27 May 2010 06:33 [Source: ICIS news]
By Prema Viswanathan
SINGAPORE (ICIS news)--Major exporters have slashed offers for June polyethylene (PE) and polypropylene (PP) cargoes into South Asia by 6%, with add-in “price protection”, to induce buying amid a general downtrend in product prices, industry sources said on Thursday.
Offers for June parcels of high density PE (HDPE) film were at $1,230-1,250/tonne (€1,009-1,025/tonne) CFR (cost and freight) ?xml:namespace>
HDPE film is more dense than LLDPE and is used mainly to make shopping bags and for food, drink and cosmetic packaging. LLDPE film, on the other hand, is used as a liner in shrink wrap, and for drip irrigation.
Buyers, however, were not biting despite assurance from suppliers that prices would be adjusted down at the time of delivery under the “price protection” scheme, they added.
"This assurance has not lured buyers back into the market as there is great uncertainty about the future price outlook due to the volatility in crude and feedstock values," said a polymer trader in Mumbai.
Crude values had fallen below $70/bbl in recent weeks from more than $80/bbl in early May on concerns about the global economic recovery as Europe's debt crisis unfolds.
"Many converters have reduced operating rates at their plants due to power supply disruptions and this, in addition to weak upstream values, has dampened sentiment,” he said.
PE was facing more downward pressure than PP due to a supply overhang for some PE grades, market sources said.
Sporadic low re-export offers from Chinese traders for US- and Iranian-origin PE were contributing to the bearish market mood in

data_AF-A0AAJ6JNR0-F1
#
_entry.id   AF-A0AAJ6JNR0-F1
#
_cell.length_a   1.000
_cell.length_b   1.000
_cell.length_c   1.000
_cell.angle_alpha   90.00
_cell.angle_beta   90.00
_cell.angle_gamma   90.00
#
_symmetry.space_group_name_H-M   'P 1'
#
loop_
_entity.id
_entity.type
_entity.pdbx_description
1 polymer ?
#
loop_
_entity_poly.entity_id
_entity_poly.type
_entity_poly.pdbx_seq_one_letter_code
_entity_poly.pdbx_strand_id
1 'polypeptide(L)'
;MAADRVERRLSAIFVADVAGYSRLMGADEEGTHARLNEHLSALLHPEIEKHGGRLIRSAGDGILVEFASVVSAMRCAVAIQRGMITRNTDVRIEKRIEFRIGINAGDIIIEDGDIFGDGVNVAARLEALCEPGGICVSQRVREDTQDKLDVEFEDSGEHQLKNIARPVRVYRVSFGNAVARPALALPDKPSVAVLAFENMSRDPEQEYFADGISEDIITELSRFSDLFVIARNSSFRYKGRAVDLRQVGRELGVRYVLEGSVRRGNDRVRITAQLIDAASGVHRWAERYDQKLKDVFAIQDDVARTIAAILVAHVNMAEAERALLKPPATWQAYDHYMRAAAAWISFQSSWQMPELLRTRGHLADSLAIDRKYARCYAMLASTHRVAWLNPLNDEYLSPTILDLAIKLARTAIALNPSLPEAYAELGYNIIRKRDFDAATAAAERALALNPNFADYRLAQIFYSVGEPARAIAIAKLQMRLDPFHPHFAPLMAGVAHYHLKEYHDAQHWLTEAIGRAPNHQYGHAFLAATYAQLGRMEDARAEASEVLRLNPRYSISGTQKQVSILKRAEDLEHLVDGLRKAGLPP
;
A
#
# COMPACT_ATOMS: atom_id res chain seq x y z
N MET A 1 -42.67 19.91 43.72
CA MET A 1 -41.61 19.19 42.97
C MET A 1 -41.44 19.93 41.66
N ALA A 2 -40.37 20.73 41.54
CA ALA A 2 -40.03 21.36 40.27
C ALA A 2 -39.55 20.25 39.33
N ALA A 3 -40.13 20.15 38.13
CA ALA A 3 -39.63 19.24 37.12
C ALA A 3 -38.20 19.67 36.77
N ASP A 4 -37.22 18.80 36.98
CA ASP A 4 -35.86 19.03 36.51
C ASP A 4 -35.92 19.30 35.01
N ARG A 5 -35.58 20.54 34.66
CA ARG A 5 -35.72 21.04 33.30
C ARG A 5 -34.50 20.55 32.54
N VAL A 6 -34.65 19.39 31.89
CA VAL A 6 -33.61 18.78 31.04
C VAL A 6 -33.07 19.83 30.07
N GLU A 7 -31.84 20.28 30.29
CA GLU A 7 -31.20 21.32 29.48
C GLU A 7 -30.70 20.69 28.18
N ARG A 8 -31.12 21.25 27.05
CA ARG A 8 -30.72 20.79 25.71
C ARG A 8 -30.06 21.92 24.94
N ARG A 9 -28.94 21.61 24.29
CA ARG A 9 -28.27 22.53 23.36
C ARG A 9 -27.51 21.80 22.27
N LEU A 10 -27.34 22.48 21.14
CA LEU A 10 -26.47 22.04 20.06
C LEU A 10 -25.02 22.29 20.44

Re-export offers were heard at $1,280/tonne FOB
June offers into
However, by Wednesday, most GCC suppliers were looking to reduce these export offers further as buying interest had remained weak, industry sources said.
Iranian HDPE film cargoes were offered much lower at $1,150/tonne CFR Karachi. LLDPE offers from the GCC were announced at $1,280-1,320/tonne CFR Karachi, but this was met with customer resistance.
Meanwhile, PP offers fell $60-80/tonne from two weeks ago to $1,300-1,320/tonne CFR India for raffia grade as customers continued to resist higher prices, market sources said.
Prices were falling despite bullish supply and demand fundamentals, they said.
“Our exports have increased significantly due to the pick up in the global economy, and availability of PP is restricted, but our domestic customers are putting pressure on us to decrease prices in line with the trend in upstream markets,” said a PP converter.
PP is used in packaging and automotive applications.
The steady depreciation of the Indian rupee was also exerting price pressures on import price, as buyers would have to shell out more rupees to buy cargoes priced in US dollars.
($1 = €0.82)Read John Richardson and Malini Hariharan’s blog – Asian Chemical Connections
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